I rode well the rest of the race and was able to move around freely. On the second to last lap I was not paying close enough attention to positioning and let myself get 4-across the turn. Since I was on the outside, and did not recognize the kit of the rider next to me, I figured I had the choice of slowing down or riding the turn in the grass. Crap. I scrubbed a lot of speed and made it through the turn but had lost so much ground that the front of the field had actually gapped the group I was in. I sprinted back up to the front group and was sitting top 5 by the time we rolled through start/finish for the bell. Unluckily for me, for one time in the history Cat 5 bike racing, the pace sped up in the bell lap. This was great for preventing swarming, but not great after the effort I had just put in to get back in position. Coming out of turn two, the guy on the front (I believe the eventually winner) turned on the jets. I was able to stay Top 10 coming into the final bend but knew I had nothing left for the sprint. I waited as long as I could to stand up, but had nothing left by a sick feeling in my stomach. I rolled across the line 15th. Normally, I think I could consider this a decent result, but as I am nearing the end of my 5's career, I was hoping for a better result.

Next weekend is Glencoe. 7:15am start. It will be so nice to get out of the 5's.

Wednesday, August 4, 2010

Tour of Elk Grove

Sorry for the late post! Work has been crazy this week, and I was unable to find a spare minute until now.

Last weekend was the infamous Tour of Elk Grove. The Tour of Elk Grove is a 3-day long pro-race with 2 days of amateur criterium racing interspersed amongst the pro racing. It is known mainly for two things. One of the highest amateur payouts in the country and an 180 degree turn. Yes, 180 degrees. You literally ride down one side of a street with a median, turn around at the median and come back. For those that are still confused, here is video proof. Coming off of a bunch of 4/5 races I was excited to see what I could do in the 5's. I had also had the chance to go out to Matteson for the Tuesday night crits put on by the South Chicago Wheelmen during the week and had ridden pretty well. My game plan going in would be to stay at the front to avoid the accordion effect (an inevitable crashes) out of the 180 degree turn and see what I could do at the end.

I awoke Saturday morning around 3:30am to rain hitting my A/C unit. I instantly thought about how I was going to be racing around an 180 degree turn in less than 6 hours...and it was now going to be at the very least, a wet 180 degree turn. Needless to say I didn't get a whole lot more sleep. I ate a good breakfast (finally nailed by pre-race fueling process I think!) and met up with my teammate Katie to head up to Elk Grove.

I registered with plenty of time and pinned on my numbers. I decided to race both heats because well, why not? If I'm going to go out and race, might as well take as many opportunities as possible. I got out on the course with plenty of time and got in a nice warm-up. Back to that turn...yeah the 180 degree one? My first time around it, I slowed down what I thought was a lot and barely made it out of the corner without hitting the hay bail on the outside of the turn. Ok, so going through at 19mph was not going to work, or at least if it was going to, I needed to fix my body position. At this point, my nerves started to take hold. Adding to my nerves was the fact that the turn was soaking wet and had brick-lined sidewalks running through it. I had the chance to chat with my teammate from last year, Jason, which calmed my nerves quite a bit as we rolled up to the line. I staged well, grabbing the last spot in the front next to more W2 riders than I had ever seen in one place. The W2 guys are all fairly steady and entertaining people to race with, so I was happy to see so many.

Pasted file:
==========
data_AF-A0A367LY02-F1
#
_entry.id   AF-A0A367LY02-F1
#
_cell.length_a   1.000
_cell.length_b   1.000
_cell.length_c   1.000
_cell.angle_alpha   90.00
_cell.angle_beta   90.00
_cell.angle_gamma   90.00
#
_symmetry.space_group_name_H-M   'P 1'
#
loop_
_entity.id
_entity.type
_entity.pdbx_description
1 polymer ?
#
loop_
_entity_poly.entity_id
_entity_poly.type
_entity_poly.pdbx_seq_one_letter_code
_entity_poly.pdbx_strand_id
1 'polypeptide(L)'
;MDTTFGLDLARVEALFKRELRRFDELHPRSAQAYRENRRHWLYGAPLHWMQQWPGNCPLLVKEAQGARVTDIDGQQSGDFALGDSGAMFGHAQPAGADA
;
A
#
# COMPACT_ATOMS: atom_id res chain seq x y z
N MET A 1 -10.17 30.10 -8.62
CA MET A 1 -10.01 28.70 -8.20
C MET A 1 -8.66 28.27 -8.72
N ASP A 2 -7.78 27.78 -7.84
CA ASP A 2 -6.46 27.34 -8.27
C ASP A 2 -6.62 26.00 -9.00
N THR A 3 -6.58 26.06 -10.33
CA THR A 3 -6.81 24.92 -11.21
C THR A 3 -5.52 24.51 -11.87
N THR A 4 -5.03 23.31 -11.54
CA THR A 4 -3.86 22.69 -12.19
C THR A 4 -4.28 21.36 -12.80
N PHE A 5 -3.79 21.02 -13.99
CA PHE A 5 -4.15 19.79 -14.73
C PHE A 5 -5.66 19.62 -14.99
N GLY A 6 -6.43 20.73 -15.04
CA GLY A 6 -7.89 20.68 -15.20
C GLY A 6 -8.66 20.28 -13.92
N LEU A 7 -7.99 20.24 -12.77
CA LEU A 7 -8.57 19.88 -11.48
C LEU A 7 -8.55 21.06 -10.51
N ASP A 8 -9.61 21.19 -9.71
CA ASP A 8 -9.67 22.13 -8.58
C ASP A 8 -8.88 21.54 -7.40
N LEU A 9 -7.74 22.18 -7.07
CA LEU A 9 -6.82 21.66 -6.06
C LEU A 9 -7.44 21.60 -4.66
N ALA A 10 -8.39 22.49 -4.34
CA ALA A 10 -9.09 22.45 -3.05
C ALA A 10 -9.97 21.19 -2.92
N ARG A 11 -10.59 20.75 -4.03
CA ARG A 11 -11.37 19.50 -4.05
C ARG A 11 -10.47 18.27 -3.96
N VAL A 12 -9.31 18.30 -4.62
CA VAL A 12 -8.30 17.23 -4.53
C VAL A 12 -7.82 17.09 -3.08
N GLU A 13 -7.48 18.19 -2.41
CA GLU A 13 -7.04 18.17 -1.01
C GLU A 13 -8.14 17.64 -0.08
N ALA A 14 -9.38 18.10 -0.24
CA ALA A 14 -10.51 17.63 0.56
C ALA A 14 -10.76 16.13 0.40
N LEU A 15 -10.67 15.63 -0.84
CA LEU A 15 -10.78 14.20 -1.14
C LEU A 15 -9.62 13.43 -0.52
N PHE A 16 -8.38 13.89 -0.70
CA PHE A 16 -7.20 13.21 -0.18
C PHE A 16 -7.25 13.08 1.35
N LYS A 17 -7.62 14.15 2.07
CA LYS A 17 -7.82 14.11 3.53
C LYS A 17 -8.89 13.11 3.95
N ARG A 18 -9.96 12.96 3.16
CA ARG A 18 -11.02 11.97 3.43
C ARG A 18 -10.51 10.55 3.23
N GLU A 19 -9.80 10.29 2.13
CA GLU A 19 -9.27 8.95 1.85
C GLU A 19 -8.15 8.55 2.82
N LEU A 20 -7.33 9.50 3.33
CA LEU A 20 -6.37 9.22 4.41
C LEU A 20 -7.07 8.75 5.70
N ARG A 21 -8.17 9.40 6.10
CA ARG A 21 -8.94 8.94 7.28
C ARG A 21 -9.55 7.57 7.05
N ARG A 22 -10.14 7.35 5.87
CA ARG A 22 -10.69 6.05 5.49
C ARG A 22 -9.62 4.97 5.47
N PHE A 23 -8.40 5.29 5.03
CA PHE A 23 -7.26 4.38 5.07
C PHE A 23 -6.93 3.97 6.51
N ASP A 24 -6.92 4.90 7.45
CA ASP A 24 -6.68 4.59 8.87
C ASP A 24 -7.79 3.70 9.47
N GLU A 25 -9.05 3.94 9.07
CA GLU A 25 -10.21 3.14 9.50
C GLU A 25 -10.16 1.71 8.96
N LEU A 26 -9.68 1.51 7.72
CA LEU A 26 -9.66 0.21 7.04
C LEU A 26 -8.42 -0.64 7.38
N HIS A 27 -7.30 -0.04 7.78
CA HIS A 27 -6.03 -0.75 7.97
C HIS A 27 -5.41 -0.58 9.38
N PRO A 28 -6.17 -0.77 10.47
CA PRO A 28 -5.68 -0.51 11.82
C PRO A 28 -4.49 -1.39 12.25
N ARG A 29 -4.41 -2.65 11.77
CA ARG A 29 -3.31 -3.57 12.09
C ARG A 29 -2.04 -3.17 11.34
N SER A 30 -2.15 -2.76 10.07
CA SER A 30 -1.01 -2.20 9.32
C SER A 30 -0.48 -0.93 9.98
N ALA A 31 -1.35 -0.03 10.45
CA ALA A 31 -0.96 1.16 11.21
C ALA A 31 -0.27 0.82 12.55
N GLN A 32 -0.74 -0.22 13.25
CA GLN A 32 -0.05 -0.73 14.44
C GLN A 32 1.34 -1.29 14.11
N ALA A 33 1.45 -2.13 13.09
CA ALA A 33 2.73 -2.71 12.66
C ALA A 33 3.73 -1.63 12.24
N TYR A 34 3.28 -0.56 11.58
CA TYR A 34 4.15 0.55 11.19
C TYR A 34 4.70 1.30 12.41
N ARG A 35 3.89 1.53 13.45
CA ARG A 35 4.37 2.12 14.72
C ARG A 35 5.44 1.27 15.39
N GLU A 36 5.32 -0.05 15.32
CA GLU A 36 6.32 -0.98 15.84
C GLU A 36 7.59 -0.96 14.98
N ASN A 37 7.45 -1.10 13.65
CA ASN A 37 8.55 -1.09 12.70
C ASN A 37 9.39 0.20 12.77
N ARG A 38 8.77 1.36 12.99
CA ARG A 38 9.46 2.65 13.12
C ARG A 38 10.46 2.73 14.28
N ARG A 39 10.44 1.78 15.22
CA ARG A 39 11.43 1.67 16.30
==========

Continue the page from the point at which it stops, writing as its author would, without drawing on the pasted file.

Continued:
The whistle went off and I was able to get a good spot at the front. The first couple times around the turn were slow and shaky. People were riding just about everywhere in the turn but seemed to get through it ok. The rest of the course was simple and did not cause anything too interesting. On the third or fourth lap, I noticed I was sitting outside of the top ten, further back than I wanted to be. For added motivation, I looked down at the guy in front of me and saw some hairy legs. I knew it was time to move up. Lo and behold, as I'm going through the turn, I hear the pre-crash yell and hear the sound of carbon and aluminum hitting pavement. I'm not blaming hairy legs (I have no idea if he went down) but I was glad to be in the front when the inevitable Cat 5 crash happened. We took off with a group of about 15-20. For those that had been caught behind the crash and not gone down, the race was completely over.

Predictably, the pace picked up after the crash and W2 started sending guys off the front. I knew this was a problem, but there was not much I could do about it. The other W2 guys did a great job of blocking and finally a break of 2 stuck. The other rider turned out to be an unattached rider that only races Elk Grove (he's raced 4 years of Cat 5 races at Elk Grove!). So we were left to fight for third.

Coming into the bell lap, I was sitting top 10 and knew it was time to move up. Coming into the third to last turn, I took a fantastic line in the corner and with my acceleration out of the turn wound up sitting third wheel. Coming into the final turn I was sitting second wheel. I couldn't have asked for a better place to be sitting. Unfortunately for me the guy sitting in front of me was not Mark Renshaw and faded at 400m to go. Thus, I ended up being the final leadout man. I gave the sprint all I could and rolled through in 9th. I was happy to be there for the sprint but the finish left a little bit to be desired...oh well!

I rolled around the course and tried to recover as much as possible in the 5 minutes I had between races. I got to know Sean from xXx who would become an ally of sorts in the next race.

The second race went off and my body was not ready, but my legs felt fine so I gave it what I had. I sat top 20 for most of the race. There was a break with 2 unattached riders that did not stay away but broke up the pack quite a bit. I ended up sitting in what I thought was the pack off the back. Sean and I were trading motivational words and jokes about where we were sitting in terms of position. Coming into the final lap, we were in a group of 3 with a sizable gap on the bigger group behind us. We thought we were sitting in front of the back of the race. As it turned out, we were actually the first chase group and there were only about 5 riders ahead of us! Coming into the final turn, we joked about who would provide the leadout. The other guy in our group took off so I followed and as he faded after a very short time, I took off. I was feeling fine and was waiting for Sean to come around me and take what we thought was a poor placing off the back. Then people started flying around us on both sides. We had not looked back in the final turn because if we had, we would have realized that the main field was actually sitting just off Sean's wheel! After we saw at least 15 people fly by us in the field sprint, all we could do was laugh. The results said 26th which is about how well I had felt I raced...even though had I known what was going on behind me, I probably could have two top ten's in one day...shwoops!

I came away from Elk Grove with some confidence and proud of my top ten. I had raced well and my fitness had been good enough. I am excited for Grayslake this weekend. I have to start thinking about when I'm going to make the move to the 4's...I'm fine holding off for one more weekend.